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Commentary

The potential of human regulatory T cells generated ex vivo as a treatment for lupus and other chronic inflammatory diseases

David A Horwitz*, J Dixon Gray and Song Guo Zheng

Author Affiliations

The Division of Rheumatology and Immunology, Department of Medicine, Keck School of Medicine, University of Southern California, Los Angeles, California, USA

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Arthritis Res 2002, 4:241-246  doi:10.1186/ar414

Published: 12 March 2002

Abstract

Regulatory T cells prevent autoimmunity by suppressing the reactivity of potentially aggressive self-reactive T cells. Contact-dependent CD4+ CD25+ 'professional' suppressor cells and other cytokine-producing CD4+ and CD8+ T-cell subsets mediate this protective function. Evidence will be reviewed that T cells primed with transforming growth factor (TGF)-β expand rapidly following restimulation. Certain CD4+ T cells become contact-dependent suppressor cells and other CD4+ and CD8+ cells become cytokine-producing regulatory cells. This effect is dependent upon a sufficient amount of IL-2 in the microenvironment to overcome the suppressive effects of TGF-β. The adoptive transfer of these suppressor cells generated ex vivo can protect mice from developing chronic graft-versus-host disease with a lupus-like syndrome and alter the course of established disease. These data suggest that autologous T cells primed and expanded with TGF-β have the potential to be used as a therapy for patients with systemic lupus erythematosus and other chronic inflammatory diseases. This novel adoptive immunotherapy also has the potential to prevent the rejection of allogeneic transplants.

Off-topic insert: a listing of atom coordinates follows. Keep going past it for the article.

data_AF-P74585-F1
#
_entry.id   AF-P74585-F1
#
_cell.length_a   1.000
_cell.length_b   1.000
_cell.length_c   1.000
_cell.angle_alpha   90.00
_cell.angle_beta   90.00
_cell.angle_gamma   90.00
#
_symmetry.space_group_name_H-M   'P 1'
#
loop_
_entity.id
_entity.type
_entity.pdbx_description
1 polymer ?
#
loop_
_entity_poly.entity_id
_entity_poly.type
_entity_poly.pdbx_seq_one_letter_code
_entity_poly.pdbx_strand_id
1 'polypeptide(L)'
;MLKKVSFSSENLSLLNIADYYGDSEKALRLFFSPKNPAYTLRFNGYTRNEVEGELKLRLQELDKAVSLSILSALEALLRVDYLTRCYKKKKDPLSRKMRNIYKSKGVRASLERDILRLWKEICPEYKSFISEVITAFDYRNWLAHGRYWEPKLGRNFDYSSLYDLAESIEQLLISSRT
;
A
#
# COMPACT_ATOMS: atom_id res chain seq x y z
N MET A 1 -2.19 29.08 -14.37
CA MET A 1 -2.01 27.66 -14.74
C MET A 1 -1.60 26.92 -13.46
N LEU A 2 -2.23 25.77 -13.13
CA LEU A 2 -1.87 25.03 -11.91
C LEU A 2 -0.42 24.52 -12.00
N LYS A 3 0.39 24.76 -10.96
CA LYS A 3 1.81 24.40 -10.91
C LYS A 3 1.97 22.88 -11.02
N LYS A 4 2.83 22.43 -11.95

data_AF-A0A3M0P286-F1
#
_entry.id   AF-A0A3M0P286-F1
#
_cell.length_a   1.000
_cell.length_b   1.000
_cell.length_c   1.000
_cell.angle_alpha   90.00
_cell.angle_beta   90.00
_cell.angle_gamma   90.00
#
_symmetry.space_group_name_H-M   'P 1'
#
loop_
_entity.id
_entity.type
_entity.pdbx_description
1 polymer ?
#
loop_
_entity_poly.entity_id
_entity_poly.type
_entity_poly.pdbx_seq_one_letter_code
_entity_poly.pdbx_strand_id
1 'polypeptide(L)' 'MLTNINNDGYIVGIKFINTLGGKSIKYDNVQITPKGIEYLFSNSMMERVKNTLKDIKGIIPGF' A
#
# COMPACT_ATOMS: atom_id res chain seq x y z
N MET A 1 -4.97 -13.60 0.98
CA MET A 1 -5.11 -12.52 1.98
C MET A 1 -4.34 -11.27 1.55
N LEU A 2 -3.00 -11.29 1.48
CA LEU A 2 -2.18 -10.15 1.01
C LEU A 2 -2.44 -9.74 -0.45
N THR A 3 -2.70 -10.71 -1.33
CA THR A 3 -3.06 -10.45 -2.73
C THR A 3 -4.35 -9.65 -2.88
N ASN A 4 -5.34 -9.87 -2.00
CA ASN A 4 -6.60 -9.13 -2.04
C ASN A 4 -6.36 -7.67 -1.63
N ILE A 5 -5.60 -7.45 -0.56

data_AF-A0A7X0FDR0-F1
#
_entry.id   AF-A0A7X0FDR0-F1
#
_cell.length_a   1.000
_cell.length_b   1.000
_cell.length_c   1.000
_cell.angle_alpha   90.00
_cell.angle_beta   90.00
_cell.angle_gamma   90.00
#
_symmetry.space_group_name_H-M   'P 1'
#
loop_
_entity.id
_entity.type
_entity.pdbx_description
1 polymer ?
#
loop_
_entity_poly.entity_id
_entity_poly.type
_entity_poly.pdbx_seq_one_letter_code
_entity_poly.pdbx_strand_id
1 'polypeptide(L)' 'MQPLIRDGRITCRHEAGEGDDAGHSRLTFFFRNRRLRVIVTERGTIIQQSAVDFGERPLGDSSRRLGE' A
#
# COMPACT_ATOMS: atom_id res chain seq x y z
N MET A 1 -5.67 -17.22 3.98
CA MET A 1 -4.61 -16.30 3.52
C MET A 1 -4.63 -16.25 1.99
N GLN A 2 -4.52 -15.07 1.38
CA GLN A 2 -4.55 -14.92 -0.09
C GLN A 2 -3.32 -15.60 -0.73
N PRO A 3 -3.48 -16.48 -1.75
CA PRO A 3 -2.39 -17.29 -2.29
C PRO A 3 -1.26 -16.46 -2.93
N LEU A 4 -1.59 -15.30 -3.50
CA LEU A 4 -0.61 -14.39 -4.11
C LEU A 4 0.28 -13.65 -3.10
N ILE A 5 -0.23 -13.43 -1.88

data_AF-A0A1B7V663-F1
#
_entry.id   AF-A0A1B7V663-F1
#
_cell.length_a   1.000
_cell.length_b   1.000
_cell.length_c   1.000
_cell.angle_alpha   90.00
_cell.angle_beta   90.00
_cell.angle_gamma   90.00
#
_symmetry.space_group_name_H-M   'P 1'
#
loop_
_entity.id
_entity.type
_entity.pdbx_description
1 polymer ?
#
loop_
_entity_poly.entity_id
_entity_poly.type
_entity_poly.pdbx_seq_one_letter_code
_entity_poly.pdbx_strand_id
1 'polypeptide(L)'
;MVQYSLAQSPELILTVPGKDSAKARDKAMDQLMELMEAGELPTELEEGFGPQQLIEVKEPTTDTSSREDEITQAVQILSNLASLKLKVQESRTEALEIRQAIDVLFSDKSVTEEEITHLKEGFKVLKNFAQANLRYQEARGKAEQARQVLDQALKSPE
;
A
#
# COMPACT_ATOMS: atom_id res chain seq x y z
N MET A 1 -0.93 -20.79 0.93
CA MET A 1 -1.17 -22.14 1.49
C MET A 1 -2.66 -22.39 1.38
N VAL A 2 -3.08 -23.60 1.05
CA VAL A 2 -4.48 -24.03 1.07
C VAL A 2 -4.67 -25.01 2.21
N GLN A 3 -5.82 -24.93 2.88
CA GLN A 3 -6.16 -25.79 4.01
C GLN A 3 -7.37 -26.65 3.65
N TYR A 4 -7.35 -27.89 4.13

Keywords:
autoimmunity; IL-2; regulatory T cells; systemic lupus erythematosus; transforming growth factor-β